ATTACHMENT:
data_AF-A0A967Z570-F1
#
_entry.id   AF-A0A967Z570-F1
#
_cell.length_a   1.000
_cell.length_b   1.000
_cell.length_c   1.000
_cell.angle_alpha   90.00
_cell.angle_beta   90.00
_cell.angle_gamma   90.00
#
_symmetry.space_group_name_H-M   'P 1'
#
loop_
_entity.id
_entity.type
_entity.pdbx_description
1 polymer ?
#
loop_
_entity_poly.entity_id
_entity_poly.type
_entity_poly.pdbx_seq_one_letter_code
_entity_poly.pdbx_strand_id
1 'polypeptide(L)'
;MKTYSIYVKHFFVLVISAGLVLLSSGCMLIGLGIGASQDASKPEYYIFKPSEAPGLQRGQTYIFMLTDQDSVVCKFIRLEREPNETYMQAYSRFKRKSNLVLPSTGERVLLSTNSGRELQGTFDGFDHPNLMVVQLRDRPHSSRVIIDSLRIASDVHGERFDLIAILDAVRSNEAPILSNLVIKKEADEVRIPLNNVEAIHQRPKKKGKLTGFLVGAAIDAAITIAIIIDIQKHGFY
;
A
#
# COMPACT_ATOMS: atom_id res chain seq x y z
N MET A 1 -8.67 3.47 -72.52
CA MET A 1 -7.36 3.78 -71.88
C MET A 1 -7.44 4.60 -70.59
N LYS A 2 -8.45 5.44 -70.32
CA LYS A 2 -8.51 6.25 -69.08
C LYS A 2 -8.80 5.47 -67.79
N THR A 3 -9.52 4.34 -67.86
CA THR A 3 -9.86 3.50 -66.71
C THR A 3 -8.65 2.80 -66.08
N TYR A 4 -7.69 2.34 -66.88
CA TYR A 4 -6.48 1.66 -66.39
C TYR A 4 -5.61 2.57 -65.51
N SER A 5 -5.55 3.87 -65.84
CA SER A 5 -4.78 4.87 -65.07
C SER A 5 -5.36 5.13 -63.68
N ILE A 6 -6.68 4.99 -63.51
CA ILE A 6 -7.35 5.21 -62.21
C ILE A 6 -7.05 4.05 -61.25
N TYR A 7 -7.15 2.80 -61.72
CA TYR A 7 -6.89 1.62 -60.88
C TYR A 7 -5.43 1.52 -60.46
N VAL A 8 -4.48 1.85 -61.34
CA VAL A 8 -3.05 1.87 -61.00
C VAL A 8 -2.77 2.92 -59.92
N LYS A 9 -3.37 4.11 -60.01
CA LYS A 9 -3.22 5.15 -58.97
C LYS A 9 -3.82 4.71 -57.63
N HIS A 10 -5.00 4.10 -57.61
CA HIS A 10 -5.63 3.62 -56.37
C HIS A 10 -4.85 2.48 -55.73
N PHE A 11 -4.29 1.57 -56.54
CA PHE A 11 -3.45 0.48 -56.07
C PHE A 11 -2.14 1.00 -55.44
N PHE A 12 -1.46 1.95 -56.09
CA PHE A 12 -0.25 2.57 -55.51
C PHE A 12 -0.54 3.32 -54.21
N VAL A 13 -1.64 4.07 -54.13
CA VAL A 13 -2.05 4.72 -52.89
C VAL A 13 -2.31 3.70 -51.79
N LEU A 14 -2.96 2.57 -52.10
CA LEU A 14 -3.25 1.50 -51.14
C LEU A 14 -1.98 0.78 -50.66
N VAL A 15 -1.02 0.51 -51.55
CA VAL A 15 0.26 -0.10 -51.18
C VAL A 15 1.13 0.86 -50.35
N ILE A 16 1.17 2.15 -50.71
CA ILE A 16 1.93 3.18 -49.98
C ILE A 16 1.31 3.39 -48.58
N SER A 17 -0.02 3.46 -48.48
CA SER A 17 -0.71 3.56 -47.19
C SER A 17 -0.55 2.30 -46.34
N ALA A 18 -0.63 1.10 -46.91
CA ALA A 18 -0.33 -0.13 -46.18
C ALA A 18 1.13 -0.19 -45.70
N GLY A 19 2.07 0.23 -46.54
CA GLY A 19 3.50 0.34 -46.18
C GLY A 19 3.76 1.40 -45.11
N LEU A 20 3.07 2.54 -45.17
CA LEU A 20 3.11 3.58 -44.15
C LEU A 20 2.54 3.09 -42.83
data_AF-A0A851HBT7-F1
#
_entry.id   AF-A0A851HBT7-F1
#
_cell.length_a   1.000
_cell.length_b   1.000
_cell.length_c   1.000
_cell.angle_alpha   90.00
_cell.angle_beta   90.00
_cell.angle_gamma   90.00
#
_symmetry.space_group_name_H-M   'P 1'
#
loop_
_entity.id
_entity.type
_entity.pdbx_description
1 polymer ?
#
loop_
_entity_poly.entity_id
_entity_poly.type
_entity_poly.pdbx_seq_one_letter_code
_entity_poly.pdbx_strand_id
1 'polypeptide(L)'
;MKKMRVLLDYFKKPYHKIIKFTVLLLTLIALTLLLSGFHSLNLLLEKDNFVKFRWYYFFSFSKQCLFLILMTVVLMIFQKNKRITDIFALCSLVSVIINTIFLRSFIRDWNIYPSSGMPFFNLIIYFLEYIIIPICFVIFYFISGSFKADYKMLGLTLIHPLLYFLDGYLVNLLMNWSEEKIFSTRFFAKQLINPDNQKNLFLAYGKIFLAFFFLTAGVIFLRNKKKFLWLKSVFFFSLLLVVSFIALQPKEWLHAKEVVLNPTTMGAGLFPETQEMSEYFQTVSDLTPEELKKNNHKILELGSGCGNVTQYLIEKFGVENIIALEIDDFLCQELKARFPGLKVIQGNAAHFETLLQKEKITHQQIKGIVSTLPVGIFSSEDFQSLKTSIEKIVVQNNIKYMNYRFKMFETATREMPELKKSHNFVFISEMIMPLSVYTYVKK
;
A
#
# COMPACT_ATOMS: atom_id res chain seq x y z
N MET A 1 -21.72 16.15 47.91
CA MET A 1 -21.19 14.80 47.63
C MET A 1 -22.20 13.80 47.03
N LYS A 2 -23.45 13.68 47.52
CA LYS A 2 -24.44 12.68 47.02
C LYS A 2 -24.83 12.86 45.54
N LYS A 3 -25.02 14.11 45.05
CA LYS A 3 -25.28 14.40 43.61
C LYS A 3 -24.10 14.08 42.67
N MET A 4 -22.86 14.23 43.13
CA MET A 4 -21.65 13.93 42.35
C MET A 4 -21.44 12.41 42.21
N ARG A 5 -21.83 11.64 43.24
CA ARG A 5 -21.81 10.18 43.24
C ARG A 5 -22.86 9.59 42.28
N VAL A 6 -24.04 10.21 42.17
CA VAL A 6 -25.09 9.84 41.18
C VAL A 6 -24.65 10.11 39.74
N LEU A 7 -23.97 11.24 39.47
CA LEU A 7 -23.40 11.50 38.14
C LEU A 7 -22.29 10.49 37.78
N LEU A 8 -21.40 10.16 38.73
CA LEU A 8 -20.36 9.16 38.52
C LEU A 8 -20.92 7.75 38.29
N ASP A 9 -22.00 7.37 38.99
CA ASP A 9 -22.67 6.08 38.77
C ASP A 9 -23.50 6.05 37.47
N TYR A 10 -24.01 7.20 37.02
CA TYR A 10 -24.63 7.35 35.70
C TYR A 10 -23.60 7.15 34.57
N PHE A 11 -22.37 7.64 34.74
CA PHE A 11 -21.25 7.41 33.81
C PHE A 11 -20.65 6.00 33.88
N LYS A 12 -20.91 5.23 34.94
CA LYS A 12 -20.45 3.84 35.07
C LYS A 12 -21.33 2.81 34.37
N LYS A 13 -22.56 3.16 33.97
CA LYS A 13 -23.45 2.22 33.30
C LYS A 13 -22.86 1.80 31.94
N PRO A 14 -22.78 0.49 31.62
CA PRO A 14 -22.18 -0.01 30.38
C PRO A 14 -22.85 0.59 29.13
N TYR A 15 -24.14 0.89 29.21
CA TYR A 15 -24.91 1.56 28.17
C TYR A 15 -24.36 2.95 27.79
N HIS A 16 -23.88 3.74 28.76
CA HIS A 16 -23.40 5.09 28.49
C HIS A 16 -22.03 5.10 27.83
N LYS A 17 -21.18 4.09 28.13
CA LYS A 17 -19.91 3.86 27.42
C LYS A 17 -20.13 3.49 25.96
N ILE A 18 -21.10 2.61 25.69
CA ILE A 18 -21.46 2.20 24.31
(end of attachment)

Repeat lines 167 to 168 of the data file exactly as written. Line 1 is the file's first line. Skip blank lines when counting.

CA HIS A 16 -23.40 5.09 28.49
C HIS A 16 -22.03 5.10 27.83